Electronic International Standard Serial Number (EISSN)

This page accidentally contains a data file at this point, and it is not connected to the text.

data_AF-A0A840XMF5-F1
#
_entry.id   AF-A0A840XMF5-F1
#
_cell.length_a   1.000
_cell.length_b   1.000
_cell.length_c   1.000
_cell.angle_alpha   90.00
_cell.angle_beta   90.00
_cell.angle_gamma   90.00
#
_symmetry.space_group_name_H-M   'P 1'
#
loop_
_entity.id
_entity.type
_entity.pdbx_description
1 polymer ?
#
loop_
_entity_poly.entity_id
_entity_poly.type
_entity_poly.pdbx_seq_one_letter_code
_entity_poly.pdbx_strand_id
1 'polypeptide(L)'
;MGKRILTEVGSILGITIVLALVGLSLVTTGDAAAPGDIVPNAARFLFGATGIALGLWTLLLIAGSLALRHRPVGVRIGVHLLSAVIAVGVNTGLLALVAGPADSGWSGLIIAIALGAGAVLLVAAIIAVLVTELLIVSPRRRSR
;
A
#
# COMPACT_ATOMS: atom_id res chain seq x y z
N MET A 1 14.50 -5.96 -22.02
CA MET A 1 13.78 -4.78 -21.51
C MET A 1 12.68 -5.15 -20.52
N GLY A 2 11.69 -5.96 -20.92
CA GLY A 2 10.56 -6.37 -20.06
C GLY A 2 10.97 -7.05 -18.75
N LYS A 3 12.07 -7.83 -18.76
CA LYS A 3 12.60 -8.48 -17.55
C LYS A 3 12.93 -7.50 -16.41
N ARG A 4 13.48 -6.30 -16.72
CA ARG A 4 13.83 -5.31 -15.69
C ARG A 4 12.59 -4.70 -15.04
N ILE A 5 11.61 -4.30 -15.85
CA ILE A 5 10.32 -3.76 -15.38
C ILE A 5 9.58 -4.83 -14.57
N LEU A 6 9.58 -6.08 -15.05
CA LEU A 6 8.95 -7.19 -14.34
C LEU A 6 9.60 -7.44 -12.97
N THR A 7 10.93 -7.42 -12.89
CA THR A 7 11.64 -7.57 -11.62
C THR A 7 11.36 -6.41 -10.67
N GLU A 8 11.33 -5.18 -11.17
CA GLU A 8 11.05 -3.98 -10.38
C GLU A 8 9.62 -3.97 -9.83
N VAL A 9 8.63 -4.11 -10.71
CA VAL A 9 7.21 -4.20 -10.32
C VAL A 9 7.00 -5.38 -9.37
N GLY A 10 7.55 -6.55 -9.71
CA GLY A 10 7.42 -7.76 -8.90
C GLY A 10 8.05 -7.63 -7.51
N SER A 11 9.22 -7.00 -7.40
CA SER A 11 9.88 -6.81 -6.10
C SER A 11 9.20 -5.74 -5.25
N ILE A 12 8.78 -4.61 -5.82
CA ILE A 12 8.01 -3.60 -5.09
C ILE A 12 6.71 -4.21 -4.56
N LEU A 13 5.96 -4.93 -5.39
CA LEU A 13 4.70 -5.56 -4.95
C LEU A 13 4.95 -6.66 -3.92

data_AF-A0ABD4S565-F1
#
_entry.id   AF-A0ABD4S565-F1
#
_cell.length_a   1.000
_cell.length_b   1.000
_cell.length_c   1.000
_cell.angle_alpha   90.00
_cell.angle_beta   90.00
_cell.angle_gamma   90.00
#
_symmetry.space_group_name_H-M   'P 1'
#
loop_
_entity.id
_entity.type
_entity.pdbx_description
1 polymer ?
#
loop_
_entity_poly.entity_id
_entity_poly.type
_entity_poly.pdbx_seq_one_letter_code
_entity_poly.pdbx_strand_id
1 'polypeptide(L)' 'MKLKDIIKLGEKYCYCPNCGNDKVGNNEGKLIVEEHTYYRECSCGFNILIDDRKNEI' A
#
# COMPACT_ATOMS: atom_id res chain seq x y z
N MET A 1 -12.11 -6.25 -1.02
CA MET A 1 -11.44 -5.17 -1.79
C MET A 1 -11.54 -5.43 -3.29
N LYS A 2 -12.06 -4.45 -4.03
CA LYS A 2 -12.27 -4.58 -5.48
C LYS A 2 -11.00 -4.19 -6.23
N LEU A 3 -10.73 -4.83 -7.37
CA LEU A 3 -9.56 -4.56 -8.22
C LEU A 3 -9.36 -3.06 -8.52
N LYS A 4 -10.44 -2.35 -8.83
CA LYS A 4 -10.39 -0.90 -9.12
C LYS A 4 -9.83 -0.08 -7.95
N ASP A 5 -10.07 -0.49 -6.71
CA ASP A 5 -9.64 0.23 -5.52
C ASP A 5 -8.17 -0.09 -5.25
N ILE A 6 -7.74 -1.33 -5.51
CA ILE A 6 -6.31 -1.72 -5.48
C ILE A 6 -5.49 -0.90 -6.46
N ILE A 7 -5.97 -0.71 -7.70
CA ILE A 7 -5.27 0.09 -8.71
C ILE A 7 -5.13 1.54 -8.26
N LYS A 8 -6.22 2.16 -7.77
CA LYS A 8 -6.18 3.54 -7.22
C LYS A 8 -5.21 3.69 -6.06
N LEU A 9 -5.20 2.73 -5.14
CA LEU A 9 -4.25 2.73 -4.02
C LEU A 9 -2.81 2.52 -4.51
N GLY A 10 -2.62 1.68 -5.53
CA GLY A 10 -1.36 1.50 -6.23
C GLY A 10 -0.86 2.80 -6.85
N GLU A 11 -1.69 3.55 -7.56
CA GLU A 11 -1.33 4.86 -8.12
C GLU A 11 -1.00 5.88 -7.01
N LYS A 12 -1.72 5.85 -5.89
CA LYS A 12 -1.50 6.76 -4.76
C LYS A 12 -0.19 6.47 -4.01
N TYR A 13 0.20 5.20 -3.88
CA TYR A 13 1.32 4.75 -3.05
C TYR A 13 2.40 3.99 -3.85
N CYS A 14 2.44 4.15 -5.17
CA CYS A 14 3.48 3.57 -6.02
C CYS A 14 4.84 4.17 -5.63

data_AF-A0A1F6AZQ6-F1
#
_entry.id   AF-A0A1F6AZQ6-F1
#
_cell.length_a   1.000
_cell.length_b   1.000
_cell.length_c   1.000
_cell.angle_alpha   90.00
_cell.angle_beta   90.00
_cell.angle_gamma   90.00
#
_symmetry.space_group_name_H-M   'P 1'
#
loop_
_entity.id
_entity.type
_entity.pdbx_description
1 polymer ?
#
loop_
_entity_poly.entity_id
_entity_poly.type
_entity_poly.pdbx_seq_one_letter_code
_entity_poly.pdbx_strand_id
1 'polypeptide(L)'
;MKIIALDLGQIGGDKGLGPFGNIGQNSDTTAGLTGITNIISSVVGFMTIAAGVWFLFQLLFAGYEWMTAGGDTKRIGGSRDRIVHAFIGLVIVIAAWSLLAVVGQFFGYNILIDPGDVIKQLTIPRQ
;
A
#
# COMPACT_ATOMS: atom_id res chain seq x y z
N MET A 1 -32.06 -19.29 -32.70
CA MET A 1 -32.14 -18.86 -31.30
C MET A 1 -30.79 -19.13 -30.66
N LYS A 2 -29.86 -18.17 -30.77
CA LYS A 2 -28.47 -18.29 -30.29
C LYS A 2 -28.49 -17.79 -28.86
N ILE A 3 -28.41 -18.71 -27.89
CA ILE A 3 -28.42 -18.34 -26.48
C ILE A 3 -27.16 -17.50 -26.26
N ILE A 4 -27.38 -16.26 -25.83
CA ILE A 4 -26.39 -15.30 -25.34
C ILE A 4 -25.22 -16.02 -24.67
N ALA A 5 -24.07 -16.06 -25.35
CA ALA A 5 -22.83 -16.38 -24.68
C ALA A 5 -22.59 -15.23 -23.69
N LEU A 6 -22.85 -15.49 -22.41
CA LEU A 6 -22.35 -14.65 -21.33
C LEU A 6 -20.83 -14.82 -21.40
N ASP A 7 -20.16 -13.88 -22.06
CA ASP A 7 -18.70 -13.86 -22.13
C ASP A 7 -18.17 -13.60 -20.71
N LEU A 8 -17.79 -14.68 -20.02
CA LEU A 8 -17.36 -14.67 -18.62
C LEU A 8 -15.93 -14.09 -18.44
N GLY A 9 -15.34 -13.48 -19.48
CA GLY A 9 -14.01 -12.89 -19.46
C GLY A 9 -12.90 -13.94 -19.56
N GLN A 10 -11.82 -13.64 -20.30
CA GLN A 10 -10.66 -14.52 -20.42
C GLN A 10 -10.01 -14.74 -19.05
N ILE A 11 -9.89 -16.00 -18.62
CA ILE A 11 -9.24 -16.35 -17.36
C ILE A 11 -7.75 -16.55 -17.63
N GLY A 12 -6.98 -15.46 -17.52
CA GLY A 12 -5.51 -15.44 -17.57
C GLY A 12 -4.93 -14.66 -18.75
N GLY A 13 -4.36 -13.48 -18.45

Ternary content addressable memories (TCAMs) are widely used in network devices to implement packet classification. They are used, for example, for packet forwarding, for security, and to implement software-defined networks (SDNs). TCAMs are commonly implemented as standalone devices or as an intellectual property block that is integrated on networking application-specific integrated circuits. On the other hand, field-programmable gate arrays (FPGAs) do not include TCAM blocks. However, the flexibility of FPGAs makes them attractive for SDN implementations, and most FPGA vendors provide development kits for SDN. Those need to support TCAM functionality and, therefore, there is a need to emulate TCAMs using the logic blocks available in the FPGA. In recent years, a number of schemes to emulate TCAMs on FPGAs have been proposed. Some of them take advantage of the large number of memory blocks available inside modern FPGAs to use them to implement TCAMs. A problem when using memories is that they can be affected by soft errors that corrupt the stored bits. The memories can be protected with a parity check to detect errors or with an error correction code to correct them, but this requires additional memory bits per word. In this brief, the protection of the memories used to emulate TCAMs is considered. In particular, it is shown that by exploiting the fact that only a subset of the possible memory contents are valid, most single-bit errors can be corrected when the memories are protected with a parity bit.